Long-term change and genetic connectivity in hay meadow vegetation

Elizabeth Sullivan


Species-rich hay meadows have suffered a sharp decline in the UK and in other European countries. Conservation action to protect the remaining meadows has included agri-environment scheme management agreements with farmers and statutory protection through designation as sites of special scientific interest (SSSIs). This long-term study of hay meadow vegetation seeks to understand how effective this conservation effort has been.

Surveys have been carried out in hay meadow and other grassland sites in the Forest of Bowland in north Lancashire and the results have been compared with surveys carried out in the 1980s. The research has shown that conservation management has been successful in maintaining a diverse plant community but that there have been changes to some key meadow species and that vegetation has become more homogenous.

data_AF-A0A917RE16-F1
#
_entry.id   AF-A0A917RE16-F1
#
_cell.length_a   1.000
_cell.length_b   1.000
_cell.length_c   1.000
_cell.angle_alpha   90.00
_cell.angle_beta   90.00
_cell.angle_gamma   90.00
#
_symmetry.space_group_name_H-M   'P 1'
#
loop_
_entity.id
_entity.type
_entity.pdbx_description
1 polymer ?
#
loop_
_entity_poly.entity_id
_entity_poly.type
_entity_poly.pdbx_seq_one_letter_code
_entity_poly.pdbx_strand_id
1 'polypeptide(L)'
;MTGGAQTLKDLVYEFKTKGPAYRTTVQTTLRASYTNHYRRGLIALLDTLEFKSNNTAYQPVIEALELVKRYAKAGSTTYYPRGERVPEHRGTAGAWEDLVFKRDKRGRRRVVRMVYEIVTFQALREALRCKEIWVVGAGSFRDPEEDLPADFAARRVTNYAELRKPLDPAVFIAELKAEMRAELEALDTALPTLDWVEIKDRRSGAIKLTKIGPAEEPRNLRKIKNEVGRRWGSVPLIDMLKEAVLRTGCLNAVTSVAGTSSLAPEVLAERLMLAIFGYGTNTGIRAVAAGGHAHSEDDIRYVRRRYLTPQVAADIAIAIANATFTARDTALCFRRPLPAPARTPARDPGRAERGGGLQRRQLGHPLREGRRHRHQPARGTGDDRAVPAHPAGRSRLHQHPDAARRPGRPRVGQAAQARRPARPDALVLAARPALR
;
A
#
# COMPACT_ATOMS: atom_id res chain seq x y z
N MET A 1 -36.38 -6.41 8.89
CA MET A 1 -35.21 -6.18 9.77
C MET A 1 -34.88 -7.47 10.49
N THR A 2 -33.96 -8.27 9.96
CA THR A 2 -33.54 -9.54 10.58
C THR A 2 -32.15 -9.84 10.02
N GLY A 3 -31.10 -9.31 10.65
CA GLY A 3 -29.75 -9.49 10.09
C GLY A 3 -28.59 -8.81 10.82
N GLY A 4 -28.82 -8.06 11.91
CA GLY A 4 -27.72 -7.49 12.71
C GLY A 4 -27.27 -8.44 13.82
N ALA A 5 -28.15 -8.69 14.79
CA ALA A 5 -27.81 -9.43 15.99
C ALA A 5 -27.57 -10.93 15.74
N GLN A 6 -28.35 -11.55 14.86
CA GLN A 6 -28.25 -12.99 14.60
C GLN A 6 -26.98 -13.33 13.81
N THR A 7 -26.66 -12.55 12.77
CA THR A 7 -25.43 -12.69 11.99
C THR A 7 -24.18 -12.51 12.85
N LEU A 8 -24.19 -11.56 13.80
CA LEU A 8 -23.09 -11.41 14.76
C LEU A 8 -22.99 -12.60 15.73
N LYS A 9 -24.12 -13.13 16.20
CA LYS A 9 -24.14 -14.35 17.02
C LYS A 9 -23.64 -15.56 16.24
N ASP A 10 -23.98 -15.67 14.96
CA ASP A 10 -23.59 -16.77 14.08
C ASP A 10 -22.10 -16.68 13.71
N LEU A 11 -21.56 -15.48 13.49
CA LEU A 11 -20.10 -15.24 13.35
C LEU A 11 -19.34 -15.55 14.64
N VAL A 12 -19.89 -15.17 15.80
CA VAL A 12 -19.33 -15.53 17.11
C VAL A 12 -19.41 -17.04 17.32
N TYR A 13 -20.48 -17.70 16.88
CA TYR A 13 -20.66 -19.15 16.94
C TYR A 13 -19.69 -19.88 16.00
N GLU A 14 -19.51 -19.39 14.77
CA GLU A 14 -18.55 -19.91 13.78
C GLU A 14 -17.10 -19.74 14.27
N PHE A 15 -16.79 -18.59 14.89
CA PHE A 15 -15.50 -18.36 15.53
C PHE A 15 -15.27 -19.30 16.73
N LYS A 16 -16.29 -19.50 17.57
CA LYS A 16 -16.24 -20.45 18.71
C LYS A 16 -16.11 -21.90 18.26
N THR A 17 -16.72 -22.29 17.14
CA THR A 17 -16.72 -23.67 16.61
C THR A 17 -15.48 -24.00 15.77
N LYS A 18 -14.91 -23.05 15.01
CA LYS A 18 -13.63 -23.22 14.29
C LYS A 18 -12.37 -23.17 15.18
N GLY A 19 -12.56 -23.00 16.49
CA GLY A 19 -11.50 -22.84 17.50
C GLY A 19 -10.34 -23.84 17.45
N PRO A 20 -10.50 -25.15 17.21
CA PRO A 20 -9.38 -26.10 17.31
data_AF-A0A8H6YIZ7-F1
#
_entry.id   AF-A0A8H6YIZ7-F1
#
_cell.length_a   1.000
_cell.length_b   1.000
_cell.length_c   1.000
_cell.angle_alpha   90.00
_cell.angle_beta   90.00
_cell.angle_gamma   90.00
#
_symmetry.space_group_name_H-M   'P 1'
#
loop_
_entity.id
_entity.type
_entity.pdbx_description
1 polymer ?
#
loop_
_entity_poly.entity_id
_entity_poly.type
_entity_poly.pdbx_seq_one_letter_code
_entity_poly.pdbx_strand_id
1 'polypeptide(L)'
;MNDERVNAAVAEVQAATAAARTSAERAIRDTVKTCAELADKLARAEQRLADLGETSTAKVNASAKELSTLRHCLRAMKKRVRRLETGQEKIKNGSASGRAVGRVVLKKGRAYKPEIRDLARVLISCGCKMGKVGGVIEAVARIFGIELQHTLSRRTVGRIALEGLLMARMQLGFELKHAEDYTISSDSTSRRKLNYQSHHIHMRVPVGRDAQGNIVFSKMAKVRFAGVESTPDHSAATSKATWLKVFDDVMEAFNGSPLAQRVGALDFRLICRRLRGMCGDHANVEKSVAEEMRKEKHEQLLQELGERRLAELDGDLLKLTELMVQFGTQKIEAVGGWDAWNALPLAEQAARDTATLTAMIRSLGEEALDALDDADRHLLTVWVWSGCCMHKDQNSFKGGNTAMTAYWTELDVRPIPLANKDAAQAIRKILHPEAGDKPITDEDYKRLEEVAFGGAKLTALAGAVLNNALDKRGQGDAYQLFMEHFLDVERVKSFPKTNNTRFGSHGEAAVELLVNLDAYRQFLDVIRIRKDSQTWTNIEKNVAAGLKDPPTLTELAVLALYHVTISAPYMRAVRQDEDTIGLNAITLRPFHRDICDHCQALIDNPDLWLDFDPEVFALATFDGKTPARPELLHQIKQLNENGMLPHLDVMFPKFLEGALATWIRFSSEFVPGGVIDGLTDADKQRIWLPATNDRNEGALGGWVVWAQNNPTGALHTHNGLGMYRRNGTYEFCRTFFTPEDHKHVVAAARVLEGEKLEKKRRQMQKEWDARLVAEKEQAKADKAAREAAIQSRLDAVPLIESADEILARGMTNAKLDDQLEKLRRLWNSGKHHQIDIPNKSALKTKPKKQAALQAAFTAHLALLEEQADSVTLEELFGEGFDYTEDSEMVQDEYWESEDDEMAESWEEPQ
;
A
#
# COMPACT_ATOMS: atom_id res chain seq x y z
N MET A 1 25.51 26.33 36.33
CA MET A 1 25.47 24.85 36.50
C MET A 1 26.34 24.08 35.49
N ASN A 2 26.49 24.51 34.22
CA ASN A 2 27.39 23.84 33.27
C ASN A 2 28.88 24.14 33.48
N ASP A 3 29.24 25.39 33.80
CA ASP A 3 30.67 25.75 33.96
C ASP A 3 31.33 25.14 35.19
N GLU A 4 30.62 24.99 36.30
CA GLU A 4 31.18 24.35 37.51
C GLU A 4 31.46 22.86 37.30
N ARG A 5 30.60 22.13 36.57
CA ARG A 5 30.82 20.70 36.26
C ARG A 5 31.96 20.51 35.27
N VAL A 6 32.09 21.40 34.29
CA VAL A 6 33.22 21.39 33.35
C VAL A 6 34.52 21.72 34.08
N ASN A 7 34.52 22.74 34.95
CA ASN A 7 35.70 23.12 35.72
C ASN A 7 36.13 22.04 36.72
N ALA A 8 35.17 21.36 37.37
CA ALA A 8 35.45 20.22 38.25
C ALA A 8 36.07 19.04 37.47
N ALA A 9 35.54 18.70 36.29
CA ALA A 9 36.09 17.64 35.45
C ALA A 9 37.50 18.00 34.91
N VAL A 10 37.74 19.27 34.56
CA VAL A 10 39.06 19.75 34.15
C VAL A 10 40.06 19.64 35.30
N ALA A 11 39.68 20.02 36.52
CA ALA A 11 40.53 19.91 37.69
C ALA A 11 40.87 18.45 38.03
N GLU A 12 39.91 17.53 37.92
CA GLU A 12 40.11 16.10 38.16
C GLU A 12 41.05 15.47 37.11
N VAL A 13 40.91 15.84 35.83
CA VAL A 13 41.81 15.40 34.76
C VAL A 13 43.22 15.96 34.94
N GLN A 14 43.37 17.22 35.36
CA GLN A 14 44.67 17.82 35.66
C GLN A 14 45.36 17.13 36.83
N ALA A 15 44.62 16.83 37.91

This research project also investigated whether the fragmented distribution of meadow sites was affecting their plant populations by analyzing the population genetics of Rhinanthus minor (Yellow Rattle). The results showed that there was less gene flow in areas with more intensive land-use and that non-agricultural grasslands were important parts of the grassland ecological network.

The project was supported by a funding contribution from Natural England. Funding has also been provided by the Botanical Society of Britain and Ireland.